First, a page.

Talking about ESG is all the rage in Brazil right now. One can hardly look around the web without finding a bunch of webinars and online courses and so on. Brazilian investors of all sorts (be it private investors, robot investors, mutual and hedge funds and the like) are more and more worried about using ESG criteria to screen companies worth investing in. This phenomenon really came into shape during 2021. Why? And what does this mean for potential foreign investors?
On one hand, this is a worldwide tendency. As the world talks more and more about global warming and the pandemic and such man made catastrophes, it seems natural that the new generations are suddenly worrying about just what they can do to make sure there’ll still be a planet Earth to live in a few years from now. Thinking about the role of private companies as relevant decision makers in this context is inevitable, no matter what orthodox economists such as Milton Friedman or Gregory Mankiw may have to say about it.
However, investing based on ESG criteria is hardly new everywhere. It’s Brazil in particular that has only recently adopted the label in full force. It’s hard to tell exactly why this happened. It may be that companies are trying to dissociate themselves from the controversial environmental policy (to say the least) adopted by the federal government – that’s the Financial Times’ theory. Or maybe it’s simply that investors have decided it’s time to start dancing along to the music that is playing everywhere.
Whatever the reason may be, the signs are ubiquitous. For example, B3, the biggest Brazilian stock exchange, has developed a set of indexes specifically focused on ESG criteria. The larger of those indexes, the ISE (Corporate Sustainability Index), has outperformed the general stock market index in recent months.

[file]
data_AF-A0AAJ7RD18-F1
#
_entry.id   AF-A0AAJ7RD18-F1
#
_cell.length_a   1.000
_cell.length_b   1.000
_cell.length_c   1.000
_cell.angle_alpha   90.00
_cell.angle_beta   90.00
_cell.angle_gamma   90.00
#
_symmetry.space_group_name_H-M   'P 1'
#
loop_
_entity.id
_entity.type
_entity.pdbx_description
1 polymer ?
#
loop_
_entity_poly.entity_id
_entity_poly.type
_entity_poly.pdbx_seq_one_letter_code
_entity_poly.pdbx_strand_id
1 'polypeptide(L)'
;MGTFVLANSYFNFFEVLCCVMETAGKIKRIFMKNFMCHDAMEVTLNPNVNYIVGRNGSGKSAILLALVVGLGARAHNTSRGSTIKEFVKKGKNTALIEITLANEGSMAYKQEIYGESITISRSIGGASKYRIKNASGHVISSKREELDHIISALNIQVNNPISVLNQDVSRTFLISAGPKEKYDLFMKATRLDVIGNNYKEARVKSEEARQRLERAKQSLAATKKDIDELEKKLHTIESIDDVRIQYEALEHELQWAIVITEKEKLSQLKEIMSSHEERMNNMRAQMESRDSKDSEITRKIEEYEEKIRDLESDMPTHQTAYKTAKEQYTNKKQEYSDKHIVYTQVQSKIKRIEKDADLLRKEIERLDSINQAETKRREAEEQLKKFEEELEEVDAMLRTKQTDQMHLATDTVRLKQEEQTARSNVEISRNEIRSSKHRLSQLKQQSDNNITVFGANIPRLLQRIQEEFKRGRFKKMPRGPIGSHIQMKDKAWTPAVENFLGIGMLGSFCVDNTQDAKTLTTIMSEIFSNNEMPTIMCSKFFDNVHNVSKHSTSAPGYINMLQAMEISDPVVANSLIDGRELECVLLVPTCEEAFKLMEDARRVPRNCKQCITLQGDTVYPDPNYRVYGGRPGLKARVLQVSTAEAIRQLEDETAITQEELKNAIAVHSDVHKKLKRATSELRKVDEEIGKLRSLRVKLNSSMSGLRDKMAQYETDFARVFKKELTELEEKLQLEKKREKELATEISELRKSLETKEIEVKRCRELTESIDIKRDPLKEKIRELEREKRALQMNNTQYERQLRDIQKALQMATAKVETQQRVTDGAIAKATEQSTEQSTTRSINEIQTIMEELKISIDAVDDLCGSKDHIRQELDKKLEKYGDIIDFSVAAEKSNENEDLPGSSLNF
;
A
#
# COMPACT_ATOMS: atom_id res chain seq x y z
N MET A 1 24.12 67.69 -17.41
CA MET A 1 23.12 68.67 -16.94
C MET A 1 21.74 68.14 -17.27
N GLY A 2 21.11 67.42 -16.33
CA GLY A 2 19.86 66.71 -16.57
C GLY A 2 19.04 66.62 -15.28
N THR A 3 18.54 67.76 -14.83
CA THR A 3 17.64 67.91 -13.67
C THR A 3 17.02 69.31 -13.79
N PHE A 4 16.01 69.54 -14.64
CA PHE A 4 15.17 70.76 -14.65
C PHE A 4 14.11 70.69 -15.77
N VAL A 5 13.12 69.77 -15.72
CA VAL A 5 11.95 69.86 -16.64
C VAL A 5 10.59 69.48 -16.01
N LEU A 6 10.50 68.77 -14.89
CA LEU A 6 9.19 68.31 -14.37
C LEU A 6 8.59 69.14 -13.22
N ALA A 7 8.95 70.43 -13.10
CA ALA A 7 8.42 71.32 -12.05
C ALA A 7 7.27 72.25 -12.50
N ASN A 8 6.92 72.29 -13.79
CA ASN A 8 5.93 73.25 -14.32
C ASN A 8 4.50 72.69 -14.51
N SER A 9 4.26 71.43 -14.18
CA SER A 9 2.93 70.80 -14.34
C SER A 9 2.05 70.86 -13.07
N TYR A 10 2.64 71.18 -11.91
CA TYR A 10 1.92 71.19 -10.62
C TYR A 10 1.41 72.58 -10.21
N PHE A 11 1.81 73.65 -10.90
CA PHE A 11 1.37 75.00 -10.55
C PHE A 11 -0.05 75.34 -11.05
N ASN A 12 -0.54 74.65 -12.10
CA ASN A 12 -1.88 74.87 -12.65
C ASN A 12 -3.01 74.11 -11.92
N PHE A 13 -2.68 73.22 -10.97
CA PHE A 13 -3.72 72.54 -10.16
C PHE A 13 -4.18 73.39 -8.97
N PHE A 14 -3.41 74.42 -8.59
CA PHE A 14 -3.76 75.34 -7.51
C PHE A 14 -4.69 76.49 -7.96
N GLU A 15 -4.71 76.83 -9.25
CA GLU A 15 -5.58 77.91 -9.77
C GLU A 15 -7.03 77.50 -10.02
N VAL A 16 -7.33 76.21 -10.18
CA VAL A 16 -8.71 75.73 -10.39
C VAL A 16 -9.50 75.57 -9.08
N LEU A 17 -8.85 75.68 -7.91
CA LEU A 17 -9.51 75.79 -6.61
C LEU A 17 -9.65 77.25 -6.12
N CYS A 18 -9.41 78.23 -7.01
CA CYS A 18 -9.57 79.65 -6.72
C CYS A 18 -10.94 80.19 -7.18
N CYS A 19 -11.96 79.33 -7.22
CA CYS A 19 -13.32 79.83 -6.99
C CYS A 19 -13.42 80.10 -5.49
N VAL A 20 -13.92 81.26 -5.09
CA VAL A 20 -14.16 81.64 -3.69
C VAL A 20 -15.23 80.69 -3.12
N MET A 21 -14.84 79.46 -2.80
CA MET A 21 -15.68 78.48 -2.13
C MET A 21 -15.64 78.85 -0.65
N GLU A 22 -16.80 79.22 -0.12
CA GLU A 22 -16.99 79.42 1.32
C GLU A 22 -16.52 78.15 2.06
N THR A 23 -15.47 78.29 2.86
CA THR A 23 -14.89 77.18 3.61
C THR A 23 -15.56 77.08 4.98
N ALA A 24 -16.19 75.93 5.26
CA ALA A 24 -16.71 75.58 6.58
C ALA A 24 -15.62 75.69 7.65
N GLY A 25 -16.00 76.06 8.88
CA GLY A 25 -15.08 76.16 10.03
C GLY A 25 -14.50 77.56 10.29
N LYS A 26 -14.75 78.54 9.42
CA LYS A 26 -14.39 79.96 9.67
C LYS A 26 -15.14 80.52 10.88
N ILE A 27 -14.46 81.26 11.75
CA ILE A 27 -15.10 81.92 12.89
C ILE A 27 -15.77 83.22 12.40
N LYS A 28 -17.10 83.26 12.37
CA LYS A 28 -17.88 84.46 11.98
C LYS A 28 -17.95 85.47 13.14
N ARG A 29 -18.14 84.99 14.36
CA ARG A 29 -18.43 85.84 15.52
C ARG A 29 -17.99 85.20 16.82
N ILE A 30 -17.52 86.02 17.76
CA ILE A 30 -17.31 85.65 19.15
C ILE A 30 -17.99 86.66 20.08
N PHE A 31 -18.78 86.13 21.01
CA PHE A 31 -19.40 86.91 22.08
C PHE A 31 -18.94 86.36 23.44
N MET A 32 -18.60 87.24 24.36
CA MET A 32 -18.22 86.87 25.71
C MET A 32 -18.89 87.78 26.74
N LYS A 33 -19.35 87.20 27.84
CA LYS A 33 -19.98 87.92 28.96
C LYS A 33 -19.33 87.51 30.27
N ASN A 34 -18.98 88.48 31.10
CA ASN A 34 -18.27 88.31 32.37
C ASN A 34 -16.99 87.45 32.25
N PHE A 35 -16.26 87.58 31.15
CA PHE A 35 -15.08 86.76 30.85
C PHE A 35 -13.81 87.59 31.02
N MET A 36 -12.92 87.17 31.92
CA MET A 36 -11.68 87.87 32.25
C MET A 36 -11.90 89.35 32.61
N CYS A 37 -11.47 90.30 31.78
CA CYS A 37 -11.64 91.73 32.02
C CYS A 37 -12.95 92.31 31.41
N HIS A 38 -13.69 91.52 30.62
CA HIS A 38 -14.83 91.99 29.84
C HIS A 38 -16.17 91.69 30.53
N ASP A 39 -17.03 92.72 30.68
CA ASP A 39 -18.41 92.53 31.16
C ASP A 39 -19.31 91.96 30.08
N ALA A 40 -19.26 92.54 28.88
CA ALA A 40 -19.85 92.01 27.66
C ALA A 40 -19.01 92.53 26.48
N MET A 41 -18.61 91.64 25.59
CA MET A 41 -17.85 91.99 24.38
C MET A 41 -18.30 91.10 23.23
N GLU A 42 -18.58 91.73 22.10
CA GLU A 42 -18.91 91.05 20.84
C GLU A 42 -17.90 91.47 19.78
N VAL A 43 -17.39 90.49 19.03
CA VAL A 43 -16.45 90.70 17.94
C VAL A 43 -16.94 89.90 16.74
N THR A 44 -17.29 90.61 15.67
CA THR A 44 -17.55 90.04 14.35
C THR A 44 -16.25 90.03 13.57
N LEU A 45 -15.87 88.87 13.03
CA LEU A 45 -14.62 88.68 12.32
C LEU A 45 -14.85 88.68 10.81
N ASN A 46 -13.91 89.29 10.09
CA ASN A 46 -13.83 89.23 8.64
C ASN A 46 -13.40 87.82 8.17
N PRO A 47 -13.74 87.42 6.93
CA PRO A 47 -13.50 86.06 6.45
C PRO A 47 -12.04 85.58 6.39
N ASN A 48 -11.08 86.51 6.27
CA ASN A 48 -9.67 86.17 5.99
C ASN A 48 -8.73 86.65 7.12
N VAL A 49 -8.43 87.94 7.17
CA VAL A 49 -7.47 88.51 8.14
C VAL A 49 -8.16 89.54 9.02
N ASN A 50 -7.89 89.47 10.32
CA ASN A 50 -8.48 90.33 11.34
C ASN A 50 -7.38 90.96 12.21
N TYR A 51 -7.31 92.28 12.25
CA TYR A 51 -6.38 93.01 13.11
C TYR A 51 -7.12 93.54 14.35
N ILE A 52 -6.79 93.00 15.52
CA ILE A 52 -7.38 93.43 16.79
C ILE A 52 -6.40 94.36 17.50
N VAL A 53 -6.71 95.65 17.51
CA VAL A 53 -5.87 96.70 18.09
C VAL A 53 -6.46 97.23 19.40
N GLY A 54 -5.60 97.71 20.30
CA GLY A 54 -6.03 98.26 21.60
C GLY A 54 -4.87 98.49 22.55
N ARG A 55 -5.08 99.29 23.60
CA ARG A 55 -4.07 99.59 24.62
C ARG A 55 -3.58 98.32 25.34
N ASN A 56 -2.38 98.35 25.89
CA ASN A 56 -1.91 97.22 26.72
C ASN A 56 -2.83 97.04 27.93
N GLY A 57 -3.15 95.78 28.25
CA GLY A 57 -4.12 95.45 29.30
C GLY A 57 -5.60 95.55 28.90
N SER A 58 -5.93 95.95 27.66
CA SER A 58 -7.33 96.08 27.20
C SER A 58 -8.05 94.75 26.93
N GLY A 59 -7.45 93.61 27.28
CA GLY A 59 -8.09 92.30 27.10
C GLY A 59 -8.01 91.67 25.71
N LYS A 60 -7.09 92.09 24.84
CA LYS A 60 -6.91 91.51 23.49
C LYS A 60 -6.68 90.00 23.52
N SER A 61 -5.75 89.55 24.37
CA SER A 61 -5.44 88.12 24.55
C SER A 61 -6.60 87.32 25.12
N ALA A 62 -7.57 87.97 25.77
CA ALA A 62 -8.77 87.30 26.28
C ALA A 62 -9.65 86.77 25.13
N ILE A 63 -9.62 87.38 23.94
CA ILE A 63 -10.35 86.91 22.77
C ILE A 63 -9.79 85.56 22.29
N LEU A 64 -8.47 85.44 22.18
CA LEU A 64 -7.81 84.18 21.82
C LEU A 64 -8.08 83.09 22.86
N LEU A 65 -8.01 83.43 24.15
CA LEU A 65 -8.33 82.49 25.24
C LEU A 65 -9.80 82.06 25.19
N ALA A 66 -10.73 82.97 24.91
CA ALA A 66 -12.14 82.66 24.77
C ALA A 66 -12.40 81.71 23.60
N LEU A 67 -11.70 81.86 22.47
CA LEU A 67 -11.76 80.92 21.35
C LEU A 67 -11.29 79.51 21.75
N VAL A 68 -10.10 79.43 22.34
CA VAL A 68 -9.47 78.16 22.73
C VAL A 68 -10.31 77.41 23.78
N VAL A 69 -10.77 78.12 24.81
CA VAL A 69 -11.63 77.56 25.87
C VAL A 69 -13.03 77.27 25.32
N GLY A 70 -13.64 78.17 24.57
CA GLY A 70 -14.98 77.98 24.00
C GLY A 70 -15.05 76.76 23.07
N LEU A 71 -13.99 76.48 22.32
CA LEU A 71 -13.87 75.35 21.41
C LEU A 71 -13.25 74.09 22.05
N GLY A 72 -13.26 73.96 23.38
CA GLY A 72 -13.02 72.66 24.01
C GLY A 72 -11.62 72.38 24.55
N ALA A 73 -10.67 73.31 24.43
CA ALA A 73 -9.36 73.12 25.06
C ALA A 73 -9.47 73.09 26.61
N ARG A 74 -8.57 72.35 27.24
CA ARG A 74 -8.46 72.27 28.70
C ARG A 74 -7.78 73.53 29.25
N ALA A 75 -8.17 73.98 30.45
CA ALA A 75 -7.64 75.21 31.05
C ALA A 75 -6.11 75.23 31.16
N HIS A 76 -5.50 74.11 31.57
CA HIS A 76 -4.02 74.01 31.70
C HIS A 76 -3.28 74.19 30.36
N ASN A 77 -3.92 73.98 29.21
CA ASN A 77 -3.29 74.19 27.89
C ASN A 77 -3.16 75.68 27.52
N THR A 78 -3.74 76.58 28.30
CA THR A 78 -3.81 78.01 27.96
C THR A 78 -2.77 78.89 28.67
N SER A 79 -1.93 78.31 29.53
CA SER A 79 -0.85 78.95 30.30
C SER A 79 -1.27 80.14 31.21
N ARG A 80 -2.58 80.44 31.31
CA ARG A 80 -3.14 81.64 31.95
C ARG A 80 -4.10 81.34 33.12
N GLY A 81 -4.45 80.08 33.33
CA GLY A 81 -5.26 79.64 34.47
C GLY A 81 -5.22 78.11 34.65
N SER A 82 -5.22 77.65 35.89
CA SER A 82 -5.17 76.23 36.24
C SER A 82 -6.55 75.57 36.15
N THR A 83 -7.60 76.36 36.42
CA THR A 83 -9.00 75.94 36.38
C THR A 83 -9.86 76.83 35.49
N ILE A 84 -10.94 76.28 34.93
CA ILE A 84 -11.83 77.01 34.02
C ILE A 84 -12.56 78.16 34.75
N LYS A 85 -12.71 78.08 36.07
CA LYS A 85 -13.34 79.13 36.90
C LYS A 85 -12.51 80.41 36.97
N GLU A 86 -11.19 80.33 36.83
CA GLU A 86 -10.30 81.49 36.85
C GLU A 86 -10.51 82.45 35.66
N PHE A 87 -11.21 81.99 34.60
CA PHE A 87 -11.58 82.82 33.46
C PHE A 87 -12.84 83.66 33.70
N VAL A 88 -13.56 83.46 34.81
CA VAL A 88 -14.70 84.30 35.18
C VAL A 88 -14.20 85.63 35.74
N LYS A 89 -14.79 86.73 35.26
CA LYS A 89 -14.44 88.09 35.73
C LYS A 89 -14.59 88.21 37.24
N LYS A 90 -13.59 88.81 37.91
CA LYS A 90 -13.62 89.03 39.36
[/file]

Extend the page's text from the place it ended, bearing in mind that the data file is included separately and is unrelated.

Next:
For larger companies, there’s a genuine concern on whether their suppliers are also adhering to such criteria – so the surge of worries about ESG criteria at the top of the pyramid ends up pressuring small and medium sized companies too.
For traditional Brazilian companies, a lot of this feels like learning to walk again. Potential investors are worried about more than simply short term financial results. It takes a lot of hard work to realign corporate governance and, specifically, information disclosure to the new market standards. Sustainability reports are more and more ceasing to be an exceptional measure taken by the more progressive CEOs and becoming the norm.
As national companies and investors struggle to find their place in this new scenario, foreign investors are faced with a myriad of opportunities. Not only traditional stock marketing investing, but direct financing of smaller companies are becoming greener pastures for investors worried about how their money impacts the world, and about the long-term prospects of the companies they choose to invest in. This is a whole new market, but one that is sure to grow – a sound investment, if there ever was one.
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